Typhoid Fever in Pittsburgh
Before the installation of the water filtration works Pittsburgh had a typhoid fever death rate of practically double that of any other large American city. As set forth in the last report of C. A. Drake, superintendent of filtration, the first filter unit was started in December, 1907. All of peninsular Pittsburgh was receiving filtered water exclusively in October, 1908, and all of the south side, except the twentieth ward, in February, 1909. The present typhoid fever death rate in the filtered water district shows that the purified water supply may well be included among the very safest supplies of the world. The following table, showing typhoid fever statistics in certain important American cities, shows what the Pittsburgh filtration works under skilled supervision, and with the final filtered product sterilized with hypochlorite of lime, has done in the line of cutting the typhoid fever death rate to a practical minimum. The results achieved at Pittsburgh in this line are by far the most gratifying and spectacular ever noted in the history of water purification in this country. Following is the typhoid fever death rate in certain American cities per 100,000 population:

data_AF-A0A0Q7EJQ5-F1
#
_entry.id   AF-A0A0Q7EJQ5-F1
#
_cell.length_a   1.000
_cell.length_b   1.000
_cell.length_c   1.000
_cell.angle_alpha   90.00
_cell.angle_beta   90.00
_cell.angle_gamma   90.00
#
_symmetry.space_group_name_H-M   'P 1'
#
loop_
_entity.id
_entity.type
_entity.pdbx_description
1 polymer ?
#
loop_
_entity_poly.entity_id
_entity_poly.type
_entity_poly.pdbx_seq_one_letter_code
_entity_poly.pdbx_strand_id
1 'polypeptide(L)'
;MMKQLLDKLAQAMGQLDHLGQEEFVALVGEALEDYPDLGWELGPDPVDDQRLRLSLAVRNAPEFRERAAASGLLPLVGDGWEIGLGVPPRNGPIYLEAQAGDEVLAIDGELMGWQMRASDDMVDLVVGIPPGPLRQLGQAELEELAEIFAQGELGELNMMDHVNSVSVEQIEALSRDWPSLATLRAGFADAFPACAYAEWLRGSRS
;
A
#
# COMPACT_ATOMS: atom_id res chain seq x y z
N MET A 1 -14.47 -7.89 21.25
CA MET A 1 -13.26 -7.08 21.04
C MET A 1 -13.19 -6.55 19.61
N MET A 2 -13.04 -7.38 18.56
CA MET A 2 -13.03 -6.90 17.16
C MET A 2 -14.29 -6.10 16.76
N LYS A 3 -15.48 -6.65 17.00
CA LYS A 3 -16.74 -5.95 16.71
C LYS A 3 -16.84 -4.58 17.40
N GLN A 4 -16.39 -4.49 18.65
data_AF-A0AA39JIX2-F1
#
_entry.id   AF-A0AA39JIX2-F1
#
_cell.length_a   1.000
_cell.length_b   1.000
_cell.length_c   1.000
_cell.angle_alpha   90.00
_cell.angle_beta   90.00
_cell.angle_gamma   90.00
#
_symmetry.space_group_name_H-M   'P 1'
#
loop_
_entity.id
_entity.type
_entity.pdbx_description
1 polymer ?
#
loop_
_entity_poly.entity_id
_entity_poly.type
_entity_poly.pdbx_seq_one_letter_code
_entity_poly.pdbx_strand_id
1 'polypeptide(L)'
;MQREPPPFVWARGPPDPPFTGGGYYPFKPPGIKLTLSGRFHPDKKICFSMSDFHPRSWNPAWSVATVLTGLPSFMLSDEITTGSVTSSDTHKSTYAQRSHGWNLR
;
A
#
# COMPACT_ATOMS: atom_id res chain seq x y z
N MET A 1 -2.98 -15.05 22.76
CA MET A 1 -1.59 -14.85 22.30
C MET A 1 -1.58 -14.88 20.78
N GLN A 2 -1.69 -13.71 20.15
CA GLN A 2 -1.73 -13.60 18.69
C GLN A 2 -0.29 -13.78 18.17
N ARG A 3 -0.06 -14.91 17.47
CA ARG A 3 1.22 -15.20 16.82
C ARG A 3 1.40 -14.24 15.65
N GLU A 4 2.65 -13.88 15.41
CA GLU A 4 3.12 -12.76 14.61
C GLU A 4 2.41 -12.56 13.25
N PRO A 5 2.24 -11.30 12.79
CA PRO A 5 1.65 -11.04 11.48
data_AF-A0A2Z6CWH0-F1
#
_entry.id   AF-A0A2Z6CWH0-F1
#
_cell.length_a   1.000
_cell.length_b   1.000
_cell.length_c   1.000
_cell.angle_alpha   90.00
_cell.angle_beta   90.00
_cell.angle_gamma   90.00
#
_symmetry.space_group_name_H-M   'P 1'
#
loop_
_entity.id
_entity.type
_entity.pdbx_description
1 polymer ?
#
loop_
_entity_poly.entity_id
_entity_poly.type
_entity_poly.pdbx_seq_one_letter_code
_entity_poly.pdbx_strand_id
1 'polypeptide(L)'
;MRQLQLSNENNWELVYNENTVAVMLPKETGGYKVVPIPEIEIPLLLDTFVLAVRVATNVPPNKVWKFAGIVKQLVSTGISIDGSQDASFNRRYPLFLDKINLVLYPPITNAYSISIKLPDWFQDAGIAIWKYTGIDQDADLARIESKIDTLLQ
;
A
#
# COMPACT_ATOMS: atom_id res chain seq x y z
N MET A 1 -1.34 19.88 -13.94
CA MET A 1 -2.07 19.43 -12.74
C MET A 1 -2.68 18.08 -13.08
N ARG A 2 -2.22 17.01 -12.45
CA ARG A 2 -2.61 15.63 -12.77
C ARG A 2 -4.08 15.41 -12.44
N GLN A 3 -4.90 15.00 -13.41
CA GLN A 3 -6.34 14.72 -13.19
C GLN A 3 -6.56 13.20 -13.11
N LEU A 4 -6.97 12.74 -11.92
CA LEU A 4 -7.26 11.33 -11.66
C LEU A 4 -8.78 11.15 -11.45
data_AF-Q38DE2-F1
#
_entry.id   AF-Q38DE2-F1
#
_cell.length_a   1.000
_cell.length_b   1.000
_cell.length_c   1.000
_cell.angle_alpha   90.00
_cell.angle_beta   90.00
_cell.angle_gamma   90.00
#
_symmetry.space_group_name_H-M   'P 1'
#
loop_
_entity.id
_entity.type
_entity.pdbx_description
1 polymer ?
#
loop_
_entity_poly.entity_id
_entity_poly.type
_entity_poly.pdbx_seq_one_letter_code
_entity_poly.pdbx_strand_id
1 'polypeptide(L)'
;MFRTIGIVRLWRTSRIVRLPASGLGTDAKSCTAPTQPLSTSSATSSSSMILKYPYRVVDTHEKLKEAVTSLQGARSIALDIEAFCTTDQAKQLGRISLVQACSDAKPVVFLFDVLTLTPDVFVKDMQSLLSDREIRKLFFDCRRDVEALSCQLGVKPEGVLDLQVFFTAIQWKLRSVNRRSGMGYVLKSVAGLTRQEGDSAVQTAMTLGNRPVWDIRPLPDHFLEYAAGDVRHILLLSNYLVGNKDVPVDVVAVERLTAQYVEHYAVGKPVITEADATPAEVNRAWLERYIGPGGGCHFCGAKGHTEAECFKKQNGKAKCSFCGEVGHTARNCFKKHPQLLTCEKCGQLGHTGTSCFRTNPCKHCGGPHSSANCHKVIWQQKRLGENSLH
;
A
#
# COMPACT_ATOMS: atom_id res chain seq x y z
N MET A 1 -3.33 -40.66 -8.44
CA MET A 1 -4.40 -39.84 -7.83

*Filtered water district. Includes 410,000 of a total of 545,000 inhabitants of Pittsburgh.